Phone: +55 – 45 – 35 21 44 00
Email: contato@catarataspni.com.br 

Of course you get the most spectacular and also most expensive view from a helicopter, either on a 10-minute flight over the National Park and the Iguaçu Falls or a 35-minute flight over the Iguaçu National Park, Itaipú Hydroelectric Plant and Three Borders Landmark for about a 130 US$ resp. about 250 US$.


Helisul Aviaꞔão
Phone: +55 – 45 – 35 29 74 74

The park can also be visited from Argentina, where you can easily get, too. From there the entrance fee is a bit more expensive, about 24 US$, the ticket booth closes already at 4.30 p.m. and you can stay till 6 p.m.

Iguazú Argentina
Puerto Iguazú, Misiones
Phone: +54 37 57 49 14 69
Email: iguazuinformacion@iguazuargentina.com 

To get to the falls from downtown Foz in about 20 to 30 minutes, take bus #120 at the bus terminal (Terminal Transporte Urbano TTU).

Note: If you change buses at terminals, i.e. final stops, in Brazil, you don’t have to pay another ticket, you just get on the connecting bus. It only works like this if your are changing, i.e. if you arrived at the terminal by another bus. If you are boarding your first bus there, you do have to pay.


Usina Itaipú

Another huge, water-based tourist attraction is actually not a touristy, but an industrial plant, it’s the bi-national project Usina Itaipú.

The premises you are visiting are impressively huge.

In 1974, Brazil and Paraguay started this “Herculean job” as US magazine ‘Popular Mechanics’ called the project. Till 1981, up to 5 thousand people were hired every month. Throughout the construction period, there were about 100 thousand people working on the project – at the peak of the dam’s construction, about 40 thousand workers on the job site as well as employees in Brazil and Paraguay worked for Itaipú, finding great facilities such as good housing, schools for their kids, hospitals etc.

In 1984, Brazil and Paraguay opened world’s largest hydropower plant that in 1994 was elected by the American Society of Civil Engineers being one of the seven modern Wonders of the World.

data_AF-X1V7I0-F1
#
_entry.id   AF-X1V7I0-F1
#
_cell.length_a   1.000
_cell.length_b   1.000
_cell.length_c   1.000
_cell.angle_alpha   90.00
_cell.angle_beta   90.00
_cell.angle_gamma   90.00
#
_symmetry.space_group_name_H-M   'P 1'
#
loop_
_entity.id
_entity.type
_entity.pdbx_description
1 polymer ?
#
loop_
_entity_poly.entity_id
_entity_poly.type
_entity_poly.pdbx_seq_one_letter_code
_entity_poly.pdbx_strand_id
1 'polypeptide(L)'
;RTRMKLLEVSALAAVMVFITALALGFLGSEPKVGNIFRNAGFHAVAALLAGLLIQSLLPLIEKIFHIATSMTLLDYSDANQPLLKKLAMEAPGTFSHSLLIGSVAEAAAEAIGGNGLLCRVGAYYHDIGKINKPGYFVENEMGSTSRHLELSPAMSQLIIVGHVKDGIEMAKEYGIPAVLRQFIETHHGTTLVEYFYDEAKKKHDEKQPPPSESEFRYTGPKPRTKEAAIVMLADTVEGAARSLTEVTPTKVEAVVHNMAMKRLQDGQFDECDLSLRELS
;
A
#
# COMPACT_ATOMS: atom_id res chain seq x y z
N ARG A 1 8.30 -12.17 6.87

Until now, more than 20 Million visitors from 197 countries paid Usina Itaipú a touristic visit.

They truly made an effort to make this industrial site alluring for tourists.
An indispensable picture with their logo.

You can join a panoramic bus tour that takes you to four stops, takes about two hours and costs R$ 38 (US$ 11,50), a complete visit where in addition to the panoramic tour you get to see the factory halls. This trip takes about three hours, costs R$ 38 (US$ 11,50) – and please don’t forget to bring your passport.
The panoramic bus stops at lake Itaipú where you can join a Catamaran ride (not included in the entrance fees).

The touristy visits are remarkably elaborated. Besides restaurants and gift shops, there is  some additional entertainment involved like e. g. navigating on the storage reservoir on a catamaran. 

For all visiting options – there is also a pass that allows you to visit Foz’s three most important attractions, i.e. the falls, the plan, and the tripoint, for R$ 109, check out their page:

Usina Itaipú
Centro de Recepção de Visitantes
Av. Tancredo Neves, 6702
Foz do Iguaçu
Phone: + 55 – 45 – 35 76-70 00
Email: info@turismoitaipu.com.br

To get to the site from downtown Foz is easy, but it is quite a ride (about 30 to 40 minutes): At the bus terminal (Terminal Transporte Urbano TTU), just take either bus # 101 or 102.

Other Attractions

Besides these two pretty wet attractions, Foz do Iguaçu tries to attract and entertain visitors with other attractions, some of which I find a bit too theme park oriented. And since they also have a couple of shopping centers, the whole thing reminded me at bit of the International Boulevard in Orlando/Florida. Fortunately they are not that professional yet.


Parque das Aves

Although the bird park deems pretty touristy and just like a little zoo, they actually do grant the birds shelter and work on their recovery and conservation.

You get really close to the Flamingos – on of the first species you get to see.

It’s located next to the falls, and I would rather visit before going to the overwhelming water falls.
If for some reason you miss it, it’s no drama, I’m even not sure if the R$ 45 (about 14 US$) are worth it, especially since there are so many beautiful, exotic birds flying around everywhere you go, anyway.

Yes, it’s true: I saw flocks of toucans flying around in Brazil. However, the bird park was the only place where I go close enough to take a picture of them.
Do they really have to live in captivity so that people like me can take their picture?!

Parque das Aves
Av. das Cataratas, KM 17.1
Foz do Iguaçu
Phone: + 55 – 45 – 35 29 82 82

The park is open daily from 8:30 a. m. to 5 p. m.

It’s nice that the visitors have to get into the huge aviaries where the birds live in relatively natural habitats.


Three Frontiers Landmark


Each of the three connecting countries has its own landmark. All three are located where the Iguaçu river flows into the Paraná river. The Brazilian one was installed over hundred years ago and is an obelisk painted in the colors of the flag, standing in the middle of a fountain.

Marco das Três Fronteiras - the Three Frontier Landmark (Photo: Grupo Catarata comunicaꞔao)
Marco das Três Fronteiras – the Three Frontier Landmark on the Brazilian side.
(Photo: Grupo Catarata comunicaꞔao)